OKLAHOMA CITY, Jan. 9 (UPI) -- The revenue stream for the shale-rich state of Oklahoma shows lingering, but easing, pressure from the energy sector downturn, the state treasurer said.
Oklahoma is one of the more prolific producers of crude oil in the United States, accounting for about 4 percent of the nation's total. A downturn in crude oil prices in early 2016 put negative pressure on state coffers and State Treasurer Ken Miller said Oklahoma was still playing catch-up.
"Gross receipts to the Treasury show the ongoing impact of the prolonged downturn in the energy industry," he said in a statement. "However, the overall rate of decline has slowed during each of the past three months as oil and gas gross production collections have shown moderate increases."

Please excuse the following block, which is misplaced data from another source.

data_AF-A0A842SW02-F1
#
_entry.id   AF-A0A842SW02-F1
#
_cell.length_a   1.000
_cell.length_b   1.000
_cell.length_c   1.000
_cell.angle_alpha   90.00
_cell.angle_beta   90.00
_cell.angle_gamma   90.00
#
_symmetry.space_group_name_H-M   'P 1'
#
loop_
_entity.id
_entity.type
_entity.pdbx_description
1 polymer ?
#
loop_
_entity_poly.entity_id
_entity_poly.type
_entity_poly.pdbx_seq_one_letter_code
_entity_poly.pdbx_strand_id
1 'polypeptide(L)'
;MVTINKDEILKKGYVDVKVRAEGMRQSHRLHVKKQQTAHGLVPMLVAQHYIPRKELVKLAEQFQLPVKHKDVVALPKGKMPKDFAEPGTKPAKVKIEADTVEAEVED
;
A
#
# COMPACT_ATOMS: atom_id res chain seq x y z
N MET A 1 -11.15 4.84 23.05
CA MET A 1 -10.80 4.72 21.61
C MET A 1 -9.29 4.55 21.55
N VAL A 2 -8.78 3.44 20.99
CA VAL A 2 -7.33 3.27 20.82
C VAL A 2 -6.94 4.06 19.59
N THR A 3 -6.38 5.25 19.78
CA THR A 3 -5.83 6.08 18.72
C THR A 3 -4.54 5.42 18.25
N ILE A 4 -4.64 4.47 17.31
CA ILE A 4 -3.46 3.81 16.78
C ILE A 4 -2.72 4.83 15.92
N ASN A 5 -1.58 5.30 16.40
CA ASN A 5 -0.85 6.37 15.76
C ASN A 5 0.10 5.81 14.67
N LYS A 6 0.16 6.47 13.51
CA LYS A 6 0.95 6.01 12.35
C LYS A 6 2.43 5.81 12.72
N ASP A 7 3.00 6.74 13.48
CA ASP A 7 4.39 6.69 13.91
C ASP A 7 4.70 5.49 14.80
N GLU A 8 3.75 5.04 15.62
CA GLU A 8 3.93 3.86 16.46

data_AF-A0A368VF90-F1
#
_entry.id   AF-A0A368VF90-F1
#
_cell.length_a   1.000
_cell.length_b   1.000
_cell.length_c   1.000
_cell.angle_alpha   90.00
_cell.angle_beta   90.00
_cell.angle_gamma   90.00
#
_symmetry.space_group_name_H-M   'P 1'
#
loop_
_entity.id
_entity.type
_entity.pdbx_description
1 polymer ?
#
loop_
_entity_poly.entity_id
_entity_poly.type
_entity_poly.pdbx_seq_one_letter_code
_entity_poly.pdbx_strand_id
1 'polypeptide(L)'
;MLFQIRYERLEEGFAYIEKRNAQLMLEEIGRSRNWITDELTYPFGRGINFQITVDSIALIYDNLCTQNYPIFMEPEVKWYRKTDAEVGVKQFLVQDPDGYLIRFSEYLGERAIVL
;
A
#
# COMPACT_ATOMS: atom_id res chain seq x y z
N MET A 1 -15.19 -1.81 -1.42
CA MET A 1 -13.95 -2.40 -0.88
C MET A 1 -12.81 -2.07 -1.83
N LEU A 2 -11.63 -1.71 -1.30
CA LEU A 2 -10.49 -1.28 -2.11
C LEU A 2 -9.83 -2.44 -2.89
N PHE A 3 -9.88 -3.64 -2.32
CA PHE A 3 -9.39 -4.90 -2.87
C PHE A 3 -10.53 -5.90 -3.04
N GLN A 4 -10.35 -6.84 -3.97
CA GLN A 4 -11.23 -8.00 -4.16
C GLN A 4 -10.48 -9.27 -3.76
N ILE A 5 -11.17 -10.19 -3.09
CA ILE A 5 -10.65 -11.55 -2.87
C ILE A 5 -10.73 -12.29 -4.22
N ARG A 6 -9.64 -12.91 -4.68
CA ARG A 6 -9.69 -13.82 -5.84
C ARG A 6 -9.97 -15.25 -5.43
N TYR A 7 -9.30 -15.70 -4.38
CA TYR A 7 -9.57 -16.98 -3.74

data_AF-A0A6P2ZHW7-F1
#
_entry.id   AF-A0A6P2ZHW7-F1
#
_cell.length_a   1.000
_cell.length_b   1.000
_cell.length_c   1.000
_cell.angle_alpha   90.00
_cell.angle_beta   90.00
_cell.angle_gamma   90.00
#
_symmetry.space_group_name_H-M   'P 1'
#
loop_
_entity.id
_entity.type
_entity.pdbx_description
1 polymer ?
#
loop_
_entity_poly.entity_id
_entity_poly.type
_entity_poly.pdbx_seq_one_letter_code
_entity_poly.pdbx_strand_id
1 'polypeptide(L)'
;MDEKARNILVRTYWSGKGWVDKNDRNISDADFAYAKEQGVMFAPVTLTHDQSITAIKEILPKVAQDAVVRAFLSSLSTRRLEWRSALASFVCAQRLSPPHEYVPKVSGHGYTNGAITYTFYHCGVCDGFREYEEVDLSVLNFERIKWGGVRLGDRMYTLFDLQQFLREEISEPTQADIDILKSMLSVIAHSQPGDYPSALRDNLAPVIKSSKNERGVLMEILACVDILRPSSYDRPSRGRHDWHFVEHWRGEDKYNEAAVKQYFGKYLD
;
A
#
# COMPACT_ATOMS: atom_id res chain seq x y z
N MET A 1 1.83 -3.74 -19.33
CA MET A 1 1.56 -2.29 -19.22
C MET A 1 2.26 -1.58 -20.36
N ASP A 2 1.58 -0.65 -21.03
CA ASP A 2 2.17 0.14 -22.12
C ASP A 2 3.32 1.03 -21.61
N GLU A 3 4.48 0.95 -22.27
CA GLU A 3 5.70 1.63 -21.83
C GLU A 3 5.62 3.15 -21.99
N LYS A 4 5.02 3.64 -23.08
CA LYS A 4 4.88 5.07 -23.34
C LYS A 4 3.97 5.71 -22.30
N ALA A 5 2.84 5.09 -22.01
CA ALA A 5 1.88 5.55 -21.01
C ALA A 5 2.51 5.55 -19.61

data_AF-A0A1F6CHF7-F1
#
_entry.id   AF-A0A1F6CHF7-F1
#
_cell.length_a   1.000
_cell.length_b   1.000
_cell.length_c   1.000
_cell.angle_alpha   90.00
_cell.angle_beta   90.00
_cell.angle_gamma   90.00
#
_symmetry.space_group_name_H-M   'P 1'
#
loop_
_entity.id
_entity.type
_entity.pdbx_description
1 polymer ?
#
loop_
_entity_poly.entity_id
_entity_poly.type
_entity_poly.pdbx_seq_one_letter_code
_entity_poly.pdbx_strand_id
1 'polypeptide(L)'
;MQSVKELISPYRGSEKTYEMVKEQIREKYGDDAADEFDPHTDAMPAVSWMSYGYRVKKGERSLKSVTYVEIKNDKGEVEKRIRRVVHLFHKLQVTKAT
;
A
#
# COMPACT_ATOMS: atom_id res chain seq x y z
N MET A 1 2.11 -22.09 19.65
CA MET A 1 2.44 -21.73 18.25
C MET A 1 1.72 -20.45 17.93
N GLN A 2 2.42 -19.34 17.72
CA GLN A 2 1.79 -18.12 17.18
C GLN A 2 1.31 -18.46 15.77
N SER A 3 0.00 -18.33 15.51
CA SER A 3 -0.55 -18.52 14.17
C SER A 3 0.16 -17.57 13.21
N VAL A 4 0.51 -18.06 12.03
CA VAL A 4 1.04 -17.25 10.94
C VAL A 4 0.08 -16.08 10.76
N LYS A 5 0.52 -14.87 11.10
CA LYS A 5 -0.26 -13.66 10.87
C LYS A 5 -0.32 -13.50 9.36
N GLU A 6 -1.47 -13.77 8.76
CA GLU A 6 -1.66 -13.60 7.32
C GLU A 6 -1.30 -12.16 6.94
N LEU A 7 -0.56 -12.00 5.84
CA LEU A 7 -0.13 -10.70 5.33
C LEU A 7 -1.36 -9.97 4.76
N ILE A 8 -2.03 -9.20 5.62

Crude oil prices moved toward the mid-$50 per barrel range after members of the Organization of Petroleum Exporting Countries last year agreed to limit collective production starting in January. Oil prices dropped below $30 per barrel in early 2016.
After the OPEC production agreement was reached, Oklahoma Gov. Mary Fallin, who last year called for a state Day of Prayer for the struggling energy industry, said the deal was a net win for the market.
In December, Oklahoma's government said gross tax collections from oil and gas production were up $5.3 million, or 15.6 percent, from the previous month. Compared with last December, tax collections are up 4.4 percent. For the year, however, Miller's office said oil and gas production tax collections of $350.2 million were down 26.1 percent from the previous year.
The three other major sources of tax revenue for the state -- income, sales, and motor vehicle taxes -- showed declines in collection year-on-year. The state unemployment rate in November, meanwhile, was higher at 5.1 percent than the national average for the fifth month in a row.